So to answer the question, in 2015 there certainly would have been interest, but the ability to execute would have been a challenge. The past few years have been a constant learning period for us.
So the trade-off is that Flux gets to scale by leveraging Barclays’ consumerbase and Barclaycard’s merchant connections, and Barclays innovates off the back of that?
Barclays: I’d agree with that. What Barclays is bringing to the table is scale and trust, and Flux brings the new business model and innovative technology, which is really exciting.
What do you both think PSD2 will bring to the future of banking?
Flux: I think it’s an incredible step forward to see how legacy banks are being nudged, shall we say, into how to deliver the most value to their customers and putting the customer at the focal point of their offers. The CMA9 is doing a lot of work to get ready for PSD2, and I think the bar will be set reasonably low initially just to ensure we can get things moving in the right direction.
Come January 13th, is everything going to change? Probably not immediately, but that may be me being a bit cautious about it. I would love that immediate change, but I just know that this is massive and therefore it’ll take a few iterations toing and froing with guidelines and protocols before we see full effect.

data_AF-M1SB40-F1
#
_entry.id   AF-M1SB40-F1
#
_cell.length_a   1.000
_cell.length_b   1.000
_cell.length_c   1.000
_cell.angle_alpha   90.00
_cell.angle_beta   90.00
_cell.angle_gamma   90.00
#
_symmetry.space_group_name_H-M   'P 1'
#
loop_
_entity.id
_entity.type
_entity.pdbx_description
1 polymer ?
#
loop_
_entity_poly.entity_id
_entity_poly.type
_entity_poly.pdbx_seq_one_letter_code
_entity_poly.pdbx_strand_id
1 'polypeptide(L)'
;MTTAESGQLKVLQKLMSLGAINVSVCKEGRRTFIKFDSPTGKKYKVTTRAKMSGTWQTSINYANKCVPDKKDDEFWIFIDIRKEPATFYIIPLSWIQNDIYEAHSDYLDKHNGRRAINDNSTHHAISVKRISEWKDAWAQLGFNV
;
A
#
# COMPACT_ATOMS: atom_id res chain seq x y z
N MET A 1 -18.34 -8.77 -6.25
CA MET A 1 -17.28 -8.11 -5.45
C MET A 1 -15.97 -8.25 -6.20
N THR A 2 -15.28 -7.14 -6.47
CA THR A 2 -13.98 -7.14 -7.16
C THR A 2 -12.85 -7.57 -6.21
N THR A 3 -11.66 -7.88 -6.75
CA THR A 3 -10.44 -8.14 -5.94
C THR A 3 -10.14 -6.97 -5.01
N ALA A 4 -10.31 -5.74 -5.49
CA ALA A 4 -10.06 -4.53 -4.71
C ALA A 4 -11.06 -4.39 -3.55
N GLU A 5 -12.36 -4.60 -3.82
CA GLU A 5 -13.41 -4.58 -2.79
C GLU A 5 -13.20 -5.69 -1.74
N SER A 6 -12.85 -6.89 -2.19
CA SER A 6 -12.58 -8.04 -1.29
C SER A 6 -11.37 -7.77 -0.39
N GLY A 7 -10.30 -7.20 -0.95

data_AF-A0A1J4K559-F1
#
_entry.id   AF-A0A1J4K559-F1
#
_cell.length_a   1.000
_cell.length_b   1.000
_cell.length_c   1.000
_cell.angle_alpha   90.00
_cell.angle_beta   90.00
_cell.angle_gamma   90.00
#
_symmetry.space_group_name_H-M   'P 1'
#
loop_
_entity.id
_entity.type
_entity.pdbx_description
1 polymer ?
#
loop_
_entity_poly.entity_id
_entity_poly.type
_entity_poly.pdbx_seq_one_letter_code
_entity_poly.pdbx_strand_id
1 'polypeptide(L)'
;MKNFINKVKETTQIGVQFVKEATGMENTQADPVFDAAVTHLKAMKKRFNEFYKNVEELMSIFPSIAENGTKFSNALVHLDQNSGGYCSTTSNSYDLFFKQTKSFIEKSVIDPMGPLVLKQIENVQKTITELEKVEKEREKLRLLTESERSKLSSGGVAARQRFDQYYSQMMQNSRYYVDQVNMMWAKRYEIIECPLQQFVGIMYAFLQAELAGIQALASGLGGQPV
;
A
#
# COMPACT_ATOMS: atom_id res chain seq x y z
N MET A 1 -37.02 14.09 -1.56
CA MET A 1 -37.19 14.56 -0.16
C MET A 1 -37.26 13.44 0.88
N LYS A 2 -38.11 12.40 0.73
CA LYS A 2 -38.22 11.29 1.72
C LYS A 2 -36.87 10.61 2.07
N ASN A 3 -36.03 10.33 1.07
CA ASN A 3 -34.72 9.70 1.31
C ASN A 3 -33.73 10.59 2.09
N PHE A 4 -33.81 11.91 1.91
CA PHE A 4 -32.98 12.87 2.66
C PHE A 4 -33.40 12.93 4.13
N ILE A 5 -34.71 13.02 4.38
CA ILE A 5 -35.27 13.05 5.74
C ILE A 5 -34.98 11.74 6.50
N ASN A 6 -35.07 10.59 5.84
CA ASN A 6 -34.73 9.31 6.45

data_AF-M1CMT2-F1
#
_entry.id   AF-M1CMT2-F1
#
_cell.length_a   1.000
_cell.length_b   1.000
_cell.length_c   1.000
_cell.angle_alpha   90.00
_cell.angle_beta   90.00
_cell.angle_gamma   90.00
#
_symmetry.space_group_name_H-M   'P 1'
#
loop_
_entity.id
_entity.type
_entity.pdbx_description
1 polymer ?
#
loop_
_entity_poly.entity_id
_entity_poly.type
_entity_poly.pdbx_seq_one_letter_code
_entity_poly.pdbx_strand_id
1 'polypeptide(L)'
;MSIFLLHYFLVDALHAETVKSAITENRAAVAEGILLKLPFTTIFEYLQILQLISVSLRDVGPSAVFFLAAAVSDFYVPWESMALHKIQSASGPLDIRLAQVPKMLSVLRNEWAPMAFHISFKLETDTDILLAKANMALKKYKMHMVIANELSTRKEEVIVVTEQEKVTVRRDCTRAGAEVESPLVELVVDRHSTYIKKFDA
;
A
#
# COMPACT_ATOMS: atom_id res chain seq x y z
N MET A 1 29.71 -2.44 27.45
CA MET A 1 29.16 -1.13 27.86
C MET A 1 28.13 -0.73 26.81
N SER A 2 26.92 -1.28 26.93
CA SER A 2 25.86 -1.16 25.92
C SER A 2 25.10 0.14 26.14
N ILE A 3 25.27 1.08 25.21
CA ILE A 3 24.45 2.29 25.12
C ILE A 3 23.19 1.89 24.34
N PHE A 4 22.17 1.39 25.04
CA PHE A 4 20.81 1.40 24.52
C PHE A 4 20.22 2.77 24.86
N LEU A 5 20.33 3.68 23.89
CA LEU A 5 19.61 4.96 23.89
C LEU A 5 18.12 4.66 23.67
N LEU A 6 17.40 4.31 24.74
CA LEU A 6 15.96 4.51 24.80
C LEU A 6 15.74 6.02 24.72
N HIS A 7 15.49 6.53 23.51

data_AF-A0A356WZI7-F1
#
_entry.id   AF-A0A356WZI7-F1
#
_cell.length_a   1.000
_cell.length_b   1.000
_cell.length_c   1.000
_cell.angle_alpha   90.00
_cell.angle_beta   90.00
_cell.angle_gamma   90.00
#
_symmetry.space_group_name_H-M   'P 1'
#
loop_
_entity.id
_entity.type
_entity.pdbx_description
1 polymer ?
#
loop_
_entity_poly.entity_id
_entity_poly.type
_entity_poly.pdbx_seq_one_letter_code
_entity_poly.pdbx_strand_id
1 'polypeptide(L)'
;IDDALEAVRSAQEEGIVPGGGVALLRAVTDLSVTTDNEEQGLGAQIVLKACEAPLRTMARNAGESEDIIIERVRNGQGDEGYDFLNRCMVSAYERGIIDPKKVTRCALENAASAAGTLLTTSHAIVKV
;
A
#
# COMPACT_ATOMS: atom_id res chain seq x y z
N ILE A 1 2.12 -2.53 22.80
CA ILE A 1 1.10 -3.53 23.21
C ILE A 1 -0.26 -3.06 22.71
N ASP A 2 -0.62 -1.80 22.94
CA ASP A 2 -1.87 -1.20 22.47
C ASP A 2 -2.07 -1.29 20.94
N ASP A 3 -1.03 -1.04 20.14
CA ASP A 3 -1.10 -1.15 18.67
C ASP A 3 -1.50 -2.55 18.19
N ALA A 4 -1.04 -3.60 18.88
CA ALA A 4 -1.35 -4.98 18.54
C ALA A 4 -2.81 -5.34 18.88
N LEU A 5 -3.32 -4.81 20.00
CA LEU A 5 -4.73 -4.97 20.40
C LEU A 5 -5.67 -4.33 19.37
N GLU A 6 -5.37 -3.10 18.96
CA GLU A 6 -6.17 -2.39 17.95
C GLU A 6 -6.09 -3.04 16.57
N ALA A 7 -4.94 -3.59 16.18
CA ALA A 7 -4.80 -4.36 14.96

As for the third parties, whilst I think we’ve seen many who’ve provided fantastic customer services, the data has been relatively poor. Once they can work with banks to access richer transaction data, the ability for third parties to leverage that becomes much easier. I think we’ll see a gradual shift in these third parties coming to the fore of financial services but it will accelerate and accelerate until it’s the dominant way people interact with their finances.
Barclays: It’s certainly a very powerful piece of legislation in terms of what it wants to achieve. Personally, speaking from an innovation and consumer perspective, PSD2 is giving value back to the customer.
From a banking perspective, we expect it to bring about increased competition, and we believe that the winners will be those who can really listen to their customers and put them right at the heart of everything they do. We see Open Banking as an opportunity – we’re already seeing some of the early use cases, but we’ll also see new business models emerge which find innovative ways to monetise the data that’s available and ultimately offer a better experience for the customer.